The Rolling Stones’ “Brown Sugar” (1971): The Stones were always enamored of American blues and roots music, so it was no big surprise when they welcomed Texas sax shouter Bobby Keys into the fold in the late ‘60s, and he still tours with The World’s Greatest Rock ‘N’ Roll Band when they hit the road. His playing is heard frequently in their late ‘60s and early ‘70s recordings, with the wailing “Brown Sugar” from the “Sticky Fingers” album being perhaps his finest moment. A close second: a rip-roaring solo in the breakneck speed “Exile on Main Street” track “Rip This Joint.”
Marvin Gaye “What’s Going On” (1971): Saxophonist Eli Fontaine thought he was just warming up for a demo run-through of “What’s Going On,” which constituted a fundamental shift in Gaye’s music from smooth, elegant and romantic Motown R&B to pointed sociopolitical commentary. But Gaye loved what Fontaine had played and kept it in the finished take. Gaye also got a terrific sax break from Motown session player Wild Bill Moore in the second single to be released from the “What’s Going On” album, “Mercy Mercy Me (The Ecology).”
Lou Reed “Walk on the Wild Side” (1972): It makes perfect sense that Reed would include a lascivious sax solo into his exploration of the wild and woolly streets of New York for his song in which “the colored girls go ‘do-do-do-do, do do do do,’ etc. The fact that this particular solo is played by Ronnie Ross, who had taught no less than David Bowie how to play sax, just adds to the appeal.
Carole King “Jazzman” (1974): King made her solo breakthrough with the gently introspective pop-rock of her “Tapestry” album in 1970, but she liked to kick up her heels musically and brought in saxophonist Tom Scott to personify the sound she celebrated in her 1974 song “Jazzman,” about a musician who “can sing you into paradise or bring you to your knees,” in lyrics written by David Palmer.
Joni Mitchell “Raised on Robbery” (1974): Tom Scott also was the session sax man du jour for Mitchell on her “Court and Spark” album, which remains one of the high watermarks of her long career. She’s always had a passion for jazz, but this rollicking track, produced by the Band’s Robbie Robertson, is about an adrenaline-fueled misadventure that’s a rock ‘n’ roll walk on the wild side.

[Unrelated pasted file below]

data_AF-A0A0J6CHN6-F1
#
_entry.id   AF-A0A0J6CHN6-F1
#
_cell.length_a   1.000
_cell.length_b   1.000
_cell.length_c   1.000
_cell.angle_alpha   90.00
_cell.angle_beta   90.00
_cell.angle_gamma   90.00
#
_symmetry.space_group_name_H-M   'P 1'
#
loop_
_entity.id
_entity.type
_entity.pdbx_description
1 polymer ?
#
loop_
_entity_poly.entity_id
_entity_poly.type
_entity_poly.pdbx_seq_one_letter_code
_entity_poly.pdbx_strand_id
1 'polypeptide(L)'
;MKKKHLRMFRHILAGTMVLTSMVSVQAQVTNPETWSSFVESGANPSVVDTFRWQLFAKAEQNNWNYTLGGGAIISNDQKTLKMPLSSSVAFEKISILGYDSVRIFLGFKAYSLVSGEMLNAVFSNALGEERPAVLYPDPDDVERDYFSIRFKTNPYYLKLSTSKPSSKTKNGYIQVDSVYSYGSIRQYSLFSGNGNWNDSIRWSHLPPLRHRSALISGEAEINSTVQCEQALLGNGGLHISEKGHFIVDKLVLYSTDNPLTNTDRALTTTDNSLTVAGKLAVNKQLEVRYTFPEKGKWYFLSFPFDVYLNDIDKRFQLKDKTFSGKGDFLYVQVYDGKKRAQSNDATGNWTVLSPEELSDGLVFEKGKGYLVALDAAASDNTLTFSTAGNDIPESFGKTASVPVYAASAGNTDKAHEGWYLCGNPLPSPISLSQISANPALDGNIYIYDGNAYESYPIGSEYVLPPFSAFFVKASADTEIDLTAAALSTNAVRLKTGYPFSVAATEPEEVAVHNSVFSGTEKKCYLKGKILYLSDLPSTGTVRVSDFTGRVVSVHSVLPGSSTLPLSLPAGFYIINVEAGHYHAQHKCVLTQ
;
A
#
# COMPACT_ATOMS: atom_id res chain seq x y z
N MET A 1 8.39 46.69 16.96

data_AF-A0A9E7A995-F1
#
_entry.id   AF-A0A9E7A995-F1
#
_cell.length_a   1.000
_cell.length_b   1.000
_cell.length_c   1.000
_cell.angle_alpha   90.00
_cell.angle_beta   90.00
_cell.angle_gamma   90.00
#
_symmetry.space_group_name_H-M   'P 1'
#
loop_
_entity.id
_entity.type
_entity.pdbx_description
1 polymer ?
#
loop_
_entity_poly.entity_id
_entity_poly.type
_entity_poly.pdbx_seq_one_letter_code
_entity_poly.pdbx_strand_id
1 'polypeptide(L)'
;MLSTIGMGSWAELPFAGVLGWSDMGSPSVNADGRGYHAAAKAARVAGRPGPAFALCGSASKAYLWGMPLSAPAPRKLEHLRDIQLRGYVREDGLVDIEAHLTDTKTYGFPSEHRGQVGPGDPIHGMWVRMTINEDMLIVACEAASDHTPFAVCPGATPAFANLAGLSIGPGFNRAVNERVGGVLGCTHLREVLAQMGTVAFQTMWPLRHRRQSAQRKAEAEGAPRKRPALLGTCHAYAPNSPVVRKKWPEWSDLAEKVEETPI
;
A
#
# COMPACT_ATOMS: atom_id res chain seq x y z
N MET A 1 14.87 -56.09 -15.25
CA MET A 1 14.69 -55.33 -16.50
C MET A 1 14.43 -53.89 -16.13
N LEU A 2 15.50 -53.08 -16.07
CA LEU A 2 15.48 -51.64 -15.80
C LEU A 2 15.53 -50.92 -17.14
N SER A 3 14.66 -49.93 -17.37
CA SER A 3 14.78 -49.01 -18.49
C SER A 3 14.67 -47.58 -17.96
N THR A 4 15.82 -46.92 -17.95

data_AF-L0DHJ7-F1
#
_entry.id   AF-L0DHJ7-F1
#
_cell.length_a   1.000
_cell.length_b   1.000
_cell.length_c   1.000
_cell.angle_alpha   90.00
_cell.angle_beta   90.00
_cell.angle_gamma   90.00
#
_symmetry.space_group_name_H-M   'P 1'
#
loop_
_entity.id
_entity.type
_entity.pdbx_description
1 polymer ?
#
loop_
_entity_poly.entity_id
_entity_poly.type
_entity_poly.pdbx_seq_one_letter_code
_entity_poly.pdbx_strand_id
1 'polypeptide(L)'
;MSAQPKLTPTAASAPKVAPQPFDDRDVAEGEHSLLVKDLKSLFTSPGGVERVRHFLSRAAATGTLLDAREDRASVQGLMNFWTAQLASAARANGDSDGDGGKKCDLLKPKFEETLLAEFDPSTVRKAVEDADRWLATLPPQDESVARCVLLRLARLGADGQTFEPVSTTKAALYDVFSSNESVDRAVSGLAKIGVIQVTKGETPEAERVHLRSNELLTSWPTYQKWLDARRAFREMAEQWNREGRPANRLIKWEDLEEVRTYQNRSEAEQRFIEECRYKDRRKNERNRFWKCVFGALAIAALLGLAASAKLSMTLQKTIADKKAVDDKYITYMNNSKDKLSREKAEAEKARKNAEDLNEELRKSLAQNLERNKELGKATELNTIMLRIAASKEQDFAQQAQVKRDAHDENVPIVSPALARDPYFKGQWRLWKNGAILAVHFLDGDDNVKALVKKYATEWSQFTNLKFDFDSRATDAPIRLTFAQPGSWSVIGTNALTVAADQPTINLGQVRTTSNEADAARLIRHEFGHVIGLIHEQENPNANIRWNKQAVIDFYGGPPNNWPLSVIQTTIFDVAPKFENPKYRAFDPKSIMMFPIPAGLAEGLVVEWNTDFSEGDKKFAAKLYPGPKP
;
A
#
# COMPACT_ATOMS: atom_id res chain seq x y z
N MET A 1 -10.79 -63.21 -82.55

Bruce Springsteen & the E Street Band “Born To Run” (1975): Rock was moving in a lot of directions in the mid-1970s when Springsteen crafted “Born to Run,” but the Boss channeled the spirit of early rock in this high-octane track that lets sax man Clemons do what he always did best: blow hard, and from the heart and soul.
Bob Seger “Old Time Rock & Roll” (1978): Singing a song written by George Jackson, Seger and the Silver Bullet Band were saluting early rock in this nostalgia-driven song that became a hit in its own right and ironically has come to be a favorite on oldies radio. The solo by saxophonist Alto Reed — the Silver Bullet Band’s answer to Clemons — is an indelible part of the recording’s throwback vibe to the days when sax played a key role in rock.
Katy Perry “Last Friday Night (T.G.I.F.)” (2010): After a long dry spell with little featured sax in mainstream pop, pop princess Perry brought the instrument back to the forefront, however briefly, with a spotlight role for saxophonist Lenny Pickett in her goofy “Last Friday Night” hit.
Lady Gaga “Edge of Glory” (2011): Gaga folded sax into two tracks on “Born This Way” album, and she drafted Clemons on both. She said she wanted sax for a sense of nostalgia in “Edge of Glory” and “Hair,” and said at the time “it’s really interesting, because it’s putting saxophone on this really huge electronic record.”